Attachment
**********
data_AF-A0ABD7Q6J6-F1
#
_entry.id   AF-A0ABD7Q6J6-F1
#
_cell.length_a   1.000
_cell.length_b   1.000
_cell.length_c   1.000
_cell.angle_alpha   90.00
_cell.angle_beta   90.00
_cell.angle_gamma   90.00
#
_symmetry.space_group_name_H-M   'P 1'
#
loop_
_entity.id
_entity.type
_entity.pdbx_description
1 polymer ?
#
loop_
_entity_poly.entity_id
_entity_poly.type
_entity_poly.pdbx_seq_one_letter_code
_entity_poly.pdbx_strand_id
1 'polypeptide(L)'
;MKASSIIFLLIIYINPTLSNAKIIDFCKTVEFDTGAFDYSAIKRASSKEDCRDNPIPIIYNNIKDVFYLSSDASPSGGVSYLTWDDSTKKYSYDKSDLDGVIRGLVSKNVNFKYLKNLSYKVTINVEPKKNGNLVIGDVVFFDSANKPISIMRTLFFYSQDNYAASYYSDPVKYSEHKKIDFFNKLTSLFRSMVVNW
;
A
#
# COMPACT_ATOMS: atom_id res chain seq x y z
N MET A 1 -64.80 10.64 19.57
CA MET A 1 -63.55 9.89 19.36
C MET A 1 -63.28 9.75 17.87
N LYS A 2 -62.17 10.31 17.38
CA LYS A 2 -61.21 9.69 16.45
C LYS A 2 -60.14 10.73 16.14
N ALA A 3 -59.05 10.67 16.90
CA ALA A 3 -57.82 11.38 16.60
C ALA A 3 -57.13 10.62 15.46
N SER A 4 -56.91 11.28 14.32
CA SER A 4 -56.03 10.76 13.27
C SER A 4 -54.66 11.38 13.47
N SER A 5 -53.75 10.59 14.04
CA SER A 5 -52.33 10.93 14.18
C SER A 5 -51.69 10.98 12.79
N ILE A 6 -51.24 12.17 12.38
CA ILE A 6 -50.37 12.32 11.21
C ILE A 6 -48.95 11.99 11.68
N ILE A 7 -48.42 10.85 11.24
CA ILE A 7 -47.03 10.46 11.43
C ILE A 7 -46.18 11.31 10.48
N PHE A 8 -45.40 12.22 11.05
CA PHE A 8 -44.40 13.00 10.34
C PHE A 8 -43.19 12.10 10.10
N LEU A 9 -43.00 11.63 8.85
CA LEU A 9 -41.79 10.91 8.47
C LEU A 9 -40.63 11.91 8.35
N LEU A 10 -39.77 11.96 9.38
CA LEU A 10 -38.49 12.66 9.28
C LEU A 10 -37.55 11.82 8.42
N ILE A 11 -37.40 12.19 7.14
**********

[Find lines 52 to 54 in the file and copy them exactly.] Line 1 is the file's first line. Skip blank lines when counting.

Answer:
N PHE A 8 -45.40 12.22 11.05
CA PHE A 8 -44.40 13.00 10.34
C PHE A 8 -43.19 12.10 10.10